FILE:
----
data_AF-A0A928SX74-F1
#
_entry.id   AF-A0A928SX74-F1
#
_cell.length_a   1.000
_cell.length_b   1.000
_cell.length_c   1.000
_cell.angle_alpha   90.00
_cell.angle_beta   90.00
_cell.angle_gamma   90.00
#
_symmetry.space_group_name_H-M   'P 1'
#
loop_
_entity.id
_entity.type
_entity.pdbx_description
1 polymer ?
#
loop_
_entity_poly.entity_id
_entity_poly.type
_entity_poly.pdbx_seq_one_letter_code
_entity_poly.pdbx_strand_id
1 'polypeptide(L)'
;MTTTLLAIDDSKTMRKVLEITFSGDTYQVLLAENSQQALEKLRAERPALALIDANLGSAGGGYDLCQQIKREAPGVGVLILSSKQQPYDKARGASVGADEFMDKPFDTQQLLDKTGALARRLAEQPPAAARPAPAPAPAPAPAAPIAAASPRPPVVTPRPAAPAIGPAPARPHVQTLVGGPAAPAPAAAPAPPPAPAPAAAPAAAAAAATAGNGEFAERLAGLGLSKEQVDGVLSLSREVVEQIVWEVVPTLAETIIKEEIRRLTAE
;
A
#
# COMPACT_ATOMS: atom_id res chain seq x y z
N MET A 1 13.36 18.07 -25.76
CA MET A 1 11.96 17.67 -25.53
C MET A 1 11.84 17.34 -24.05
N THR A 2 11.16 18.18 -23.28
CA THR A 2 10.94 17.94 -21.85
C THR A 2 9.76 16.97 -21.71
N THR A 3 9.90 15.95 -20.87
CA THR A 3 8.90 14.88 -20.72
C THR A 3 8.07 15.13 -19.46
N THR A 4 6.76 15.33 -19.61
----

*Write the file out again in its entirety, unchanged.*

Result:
data_AF-A0A928SX74-F1
#
_entry.id   AF-A0A928SX74-F1
#
_cell.length_a   1.000
_cell.length_b   1.000
_cell.length_c   1.000
_cell.angle_alpha   90.00
_cell.angle_beta   90.00
_cell.angle_gamma   90.00
#
_symmetry.space_group_name_H-M   'P 1'
#
loop_
_entity.id
_entity.type
_entity.pdbx_description
1 polymer ?
#
loop_
_entity_poly.entity_id
_entity_poly.type
_entity_poly.pdbx_seq_one_letter_code
_entity_poly.pdbx_strand_id
1 'polypeptide(L)'
;MTTTLLAIDDSKTMRKVLEITFSGDTYQVLLAENSQQALEKLRAERPALALIDANLGSAGGGYDLCQQIKREAPGVGVLILSSKQQPYDKARGASVGADEFMDKPFDTQQLLDKTGALARRLAEQPPAAARPAPAPAPAPAPAAPIAAASPRPPVVTPRPAAPAIGPAPARPHVQTLVGGPAAPAPAAAPAPPPAPAPAAAPAAAAAAATAGNGEFAERLAGLGLSKEQVDGVLSLSREVVEQIVWEVVPTLAETIIKEEIRRLTAE
;
A
#
# COMPACT_ATOMS: atom_id res chain seq x y z
N MET A 1 13.36 18.07 -25.76
CA MET A 1 11.96 17.67 -25.53
C MET A 1 11.84 17.34 -24.05
N THR A 2 11.16 18.18 -23.28
CA THR A 2 10.94 17.94 -21.85
C THR A 2 9.76 16.97 -21.71
N THR A 3 9.90 15.95 -20.87
CA THR A 3 8.90 14.88 -20.72
C THR A 3 8.07 15.13 -19.46
N THR A 4 6.76 15.33 -19.61